‘Islamophobia of Gulf Indians’

UAE’s Princess Hend Al-Qassimi has criticised social media posts by an Indian expat working in the Emirates, blaming Muslims of coronavirus. “The ruling family is friends with Indians, but as a royal your rudeness is not welcome,” she wrote on Twitter. “All employees are paid to work, no one comes for free. You make your bread and butter from this land which you scorn and your ridicule will not go unnoticed.” She also posted a section of Emirati law regarding hate speech which, she said, applies to both UAE nationals and non-citizens. In an interview to an Indian TV channel, Al-Qassimi spoke of the offensive tweets but acknowledged that the comments were not representative of all Indians.

Meanwhile, Indian Ambassador to the UAE, Pawan Kapoor, has warned Indians over there about “Islamophobic” posts. In a tweet, Kapoor said, “India and UAE share value of non-discrimination on any grounds. Discrimination is against our moral fabric and the rule of law. Indian nationals in the UAE should always remember this.”

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Delhi colony scared of COVID hospital

New Delhi’s Defence Colony residents are worried as the Delhi government-run Nehru Homeopathic Medical College and Hospital in their area has been dedicated exclusively for coronavirus patients. It is in the heart of the colony, which has a large population of old people. “A safe distance is enough to prevent spread of the virus,” agreed a senior citizen. “But it is more psychological that may impact our minds.”

Major (Rtd) Ranjit Singh, president of the Defence Colony Residents Welfare Association, told The Sunday Guardian: “We have written a letter to Delhi Chief Minister Arvind Kejriwal about the risks associated with shifting Covid-19 patients to Nehru hospital. We have also asked the government about how equipped the homeopathic hospital really is. So far, no sanitization process has been carried out and there is free movement of vehicles. There is a need to dedicate a route for the hospital so that residents and visitors can avoid it.” The RWA has asked residents to sign an e-petition which will be sent to the Lieutenant Governor and the CM to cancel this hospital’s status for Covid-19 patients.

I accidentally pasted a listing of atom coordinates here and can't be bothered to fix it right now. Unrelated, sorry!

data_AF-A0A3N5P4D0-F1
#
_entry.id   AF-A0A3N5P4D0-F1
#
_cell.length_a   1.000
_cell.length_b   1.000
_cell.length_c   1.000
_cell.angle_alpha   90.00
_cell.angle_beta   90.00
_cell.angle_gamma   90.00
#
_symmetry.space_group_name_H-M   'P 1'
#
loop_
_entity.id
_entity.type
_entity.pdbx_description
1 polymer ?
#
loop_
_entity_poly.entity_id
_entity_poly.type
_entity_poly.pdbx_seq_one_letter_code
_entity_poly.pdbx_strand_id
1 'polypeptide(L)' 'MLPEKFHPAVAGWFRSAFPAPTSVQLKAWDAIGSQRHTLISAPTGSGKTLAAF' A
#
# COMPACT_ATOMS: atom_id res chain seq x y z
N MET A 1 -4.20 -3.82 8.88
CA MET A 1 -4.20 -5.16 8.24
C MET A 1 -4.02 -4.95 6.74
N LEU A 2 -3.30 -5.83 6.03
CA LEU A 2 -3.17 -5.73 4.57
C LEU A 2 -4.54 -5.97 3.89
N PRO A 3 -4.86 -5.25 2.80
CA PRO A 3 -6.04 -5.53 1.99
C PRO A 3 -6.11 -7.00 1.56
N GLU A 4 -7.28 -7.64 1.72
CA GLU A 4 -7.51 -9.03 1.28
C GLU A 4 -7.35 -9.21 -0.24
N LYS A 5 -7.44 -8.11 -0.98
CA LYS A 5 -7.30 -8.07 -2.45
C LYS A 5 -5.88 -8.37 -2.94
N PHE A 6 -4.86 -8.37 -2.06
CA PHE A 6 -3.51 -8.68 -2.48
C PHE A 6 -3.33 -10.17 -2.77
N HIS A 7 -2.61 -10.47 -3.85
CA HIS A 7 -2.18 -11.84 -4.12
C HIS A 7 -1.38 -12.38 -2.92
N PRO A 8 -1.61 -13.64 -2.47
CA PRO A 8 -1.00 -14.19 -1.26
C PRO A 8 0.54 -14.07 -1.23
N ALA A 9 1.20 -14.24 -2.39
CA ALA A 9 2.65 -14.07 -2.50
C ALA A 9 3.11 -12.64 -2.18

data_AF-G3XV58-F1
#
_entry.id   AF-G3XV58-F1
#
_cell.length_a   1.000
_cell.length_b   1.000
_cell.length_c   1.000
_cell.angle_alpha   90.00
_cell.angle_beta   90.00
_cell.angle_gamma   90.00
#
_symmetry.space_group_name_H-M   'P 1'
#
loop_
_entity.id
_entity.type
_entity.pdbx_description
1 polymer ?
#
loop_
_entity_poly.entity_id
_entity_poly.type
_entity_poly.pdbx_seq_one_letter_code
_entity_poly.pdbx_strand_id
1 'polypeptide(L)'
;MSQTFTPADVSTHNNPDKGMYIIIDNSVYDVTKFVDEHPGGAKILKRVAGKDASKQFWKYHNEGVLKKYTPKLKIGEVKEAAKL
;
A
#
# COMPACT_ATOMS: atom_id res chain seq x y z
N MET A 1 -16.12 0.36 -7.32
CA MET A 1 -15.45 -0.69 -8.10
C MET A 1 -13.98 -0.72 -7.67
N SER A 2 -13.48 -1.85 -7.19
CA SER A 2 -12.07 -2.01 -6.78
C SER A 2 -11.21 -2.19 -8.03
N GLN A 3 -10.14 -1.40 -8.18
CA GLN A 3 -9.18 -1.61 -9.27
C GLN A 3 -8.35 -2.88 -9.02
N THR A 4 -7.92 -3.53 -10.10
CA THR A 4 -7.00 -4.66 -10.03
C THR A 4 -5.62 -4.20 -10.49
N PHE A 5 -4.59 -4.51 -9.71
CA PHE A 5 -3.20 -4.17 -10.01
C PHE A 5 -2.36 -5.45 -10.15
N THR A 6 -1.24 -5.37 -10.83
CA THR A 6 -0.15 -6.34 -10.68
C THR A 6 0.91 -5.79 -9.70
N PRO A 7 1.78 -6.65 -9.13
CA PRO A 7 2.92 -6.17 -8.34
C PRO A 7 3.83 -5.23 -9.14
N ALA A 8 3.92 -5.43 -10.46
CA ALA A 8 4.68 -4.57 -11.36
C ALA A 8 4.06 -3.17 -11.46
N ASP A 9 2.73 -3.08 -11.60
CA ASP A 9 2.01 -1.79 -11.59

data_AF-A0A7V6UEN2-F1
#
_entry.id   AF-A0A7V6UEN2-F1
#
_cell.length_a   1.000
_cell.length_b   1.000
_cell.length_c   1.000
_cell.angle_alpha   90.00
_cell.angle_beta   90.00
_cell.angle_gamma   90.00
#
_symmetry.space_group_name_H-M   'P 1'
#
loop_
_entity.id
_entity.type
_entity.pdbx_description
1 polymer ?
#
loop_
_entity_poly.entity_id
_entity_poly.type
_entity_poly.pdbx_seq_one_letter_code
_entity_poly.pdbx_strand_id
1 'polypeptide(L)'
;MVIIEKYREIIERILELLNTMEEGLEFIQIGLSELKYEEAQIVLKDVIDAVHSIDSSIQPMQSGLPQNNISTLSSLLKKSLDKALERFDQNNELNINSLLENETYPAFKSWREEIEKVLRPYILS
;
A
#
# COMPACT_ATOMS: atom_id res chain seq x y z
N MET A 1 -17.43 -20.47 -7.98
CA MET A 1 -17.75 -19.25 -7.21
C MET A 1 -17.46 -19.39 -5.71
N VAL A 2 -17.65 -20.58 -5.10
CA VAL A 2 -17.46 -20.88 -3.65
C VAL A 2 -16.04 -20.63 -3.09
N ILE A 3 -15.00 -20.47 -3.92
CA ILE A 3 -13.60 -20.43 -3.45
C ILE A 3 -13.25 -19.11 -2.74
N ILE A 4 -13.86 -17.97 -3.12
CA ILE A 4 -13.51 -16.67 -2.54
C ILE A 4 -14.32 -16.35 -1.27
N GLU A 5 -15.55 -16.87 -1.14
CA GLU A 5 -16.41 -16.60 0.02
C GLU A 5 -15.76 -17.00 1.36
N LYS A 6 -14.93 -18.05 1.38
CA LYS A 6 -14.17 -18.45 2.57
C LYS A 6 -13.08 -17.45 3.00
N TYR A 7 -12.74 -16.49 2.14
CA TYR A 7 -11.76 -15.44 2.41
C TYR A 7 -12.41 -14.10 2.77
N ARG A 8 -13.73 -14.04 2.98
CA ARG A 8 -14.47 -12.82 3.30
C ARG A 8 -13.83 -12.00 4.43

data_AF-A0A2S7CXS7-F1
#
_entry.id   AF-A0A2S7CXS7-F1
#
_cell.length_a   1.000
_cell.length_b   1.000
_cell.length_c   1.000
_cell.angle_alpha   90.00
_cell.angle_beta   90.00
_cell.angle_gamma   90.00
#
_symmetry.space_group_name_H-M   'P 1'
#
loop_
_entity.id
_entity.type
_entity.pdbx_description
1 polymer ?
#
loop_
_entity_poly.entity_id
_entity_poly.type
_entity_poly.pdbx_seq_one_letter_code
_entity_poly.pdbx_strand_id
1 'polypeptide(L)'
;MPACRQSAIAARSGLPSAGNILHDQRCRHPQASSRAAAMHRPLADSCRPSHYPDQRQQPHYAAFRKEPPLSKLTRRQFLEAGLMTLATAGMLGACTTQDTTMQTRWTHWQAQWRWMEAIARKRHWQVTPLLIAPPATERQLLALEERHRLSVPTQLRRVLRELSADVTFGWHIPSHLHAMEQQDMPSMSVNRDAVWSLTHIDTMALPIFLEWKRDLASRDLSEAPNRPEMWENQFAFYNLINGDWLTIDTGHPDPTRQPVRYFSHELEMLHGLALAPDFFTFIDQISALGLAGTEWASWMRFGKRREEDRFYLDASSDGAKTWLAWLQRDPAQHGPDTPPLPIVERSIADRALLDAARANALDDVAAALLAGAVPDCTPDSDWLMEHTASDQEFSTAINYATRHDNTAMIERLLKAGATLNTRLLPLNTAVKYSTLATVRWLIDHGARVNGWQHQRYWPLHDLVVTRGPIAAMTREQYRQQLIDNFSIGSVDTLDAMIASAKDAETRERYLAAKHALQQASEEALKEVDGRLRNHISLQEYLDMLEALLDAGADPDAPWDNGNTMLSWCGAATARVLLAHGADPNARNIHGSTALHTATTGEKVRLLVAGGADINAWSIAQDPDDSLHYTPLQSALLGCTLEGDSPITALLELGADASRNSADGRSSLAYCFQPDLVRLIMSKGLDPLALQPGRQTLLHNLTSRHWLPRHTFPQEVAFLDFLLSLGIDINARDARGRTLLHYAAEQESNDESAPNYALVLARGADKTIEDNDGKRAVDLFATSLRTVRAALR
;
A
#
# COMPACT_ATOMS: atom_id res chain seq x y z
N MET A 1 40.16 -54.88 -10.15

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Taming poverty tough

Post the coronavirus crisis, it is unlikely that India will be on course to decimate poverty. This is the view of Dr Ashok Kumar Jain, Principal Consultant, NITI Aayog, and his associate, Dr Rajan Kotru, Lead Strategist, Redefined Sustainable Thinking, Palampur (HP).

Talking to The Sunday Guardian, Jain and Kotru said that Covid-19 has sent all socio-economic growth projections to a toss. The situaion “makes it unlikely that we will be on course to decimate poverty.”

They said that the government has shown tremendous resolve to counter the fallout by a range of socio-economic packages ranging from direct cash transfer to the poor and farmers to free food to the needy. “The developed world will be less likely to fulfil its committed funding and other obligations to developing and least developed nations for reaching Sustainable Development Goals (SDGs),” they said, adding that the governance standards will need to reach towering heights as the defining factor for taming poverty post Covid.

Car rally thanks Indian-American doctor

An Indian origin woman doctor, Uma Madhusudan, who is treating Covid patients in the US, was recently thanked by patients’ families by holding a car rally in front of her residence. A video widely circulated online shows Madhusudan standing in front of her home as cars drive past, honking and cheering for her. A convoy of about 200 vehicles included police cars and fire brigade trucks. Neighbours stood holding “Thank You” placards. Madhusudan studied at the JSS Medical College (1990 batch) in Mysuru (Karnataka) and is currently employed at South Windsor Hospital in Connecticut.

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Don’t demonize Indian Muslims

The other day, my Bengaluru-based entrepreneur friend, Syed Ashfaq Peeran told me, “Many of us are worried as some people are trying to demonize our community.” He also sent a brief but strongly worded statement that he and many top Muslims community leaders had signed. It read: “Events of past few months which culminated in the Tablighi Jama’at disaster have been very disturbing for the community. The media is seizing and projecting every opportunity to demonize Muslims as a homogenous entity. Some of our own people have exacerbated the situation by irresponsible and ill-informed comments which have been used as instruments of further vilification. We need to act NOW to apply the corrective on issues that demonize us every day. As a community, we need urgently to apply the corrective so our children can hold up their heads as proud Indians within the ambit of best Islamic teachings. We seniors want to pave the way so coming generations can take their rightful place in this land.”

Apart from Ashfaq Peeran, it was signed by Saleem Shervani, former External Affairs Ministers, Prayagraj; Dr Syeda Hameed, former Member Planning Commission, Delhi; Javeed Ahmed, IPS (Rtd), former DGP UP, Lucknow, among others.

 

Man Mohan can be contacted at rovingeditor@gmail.com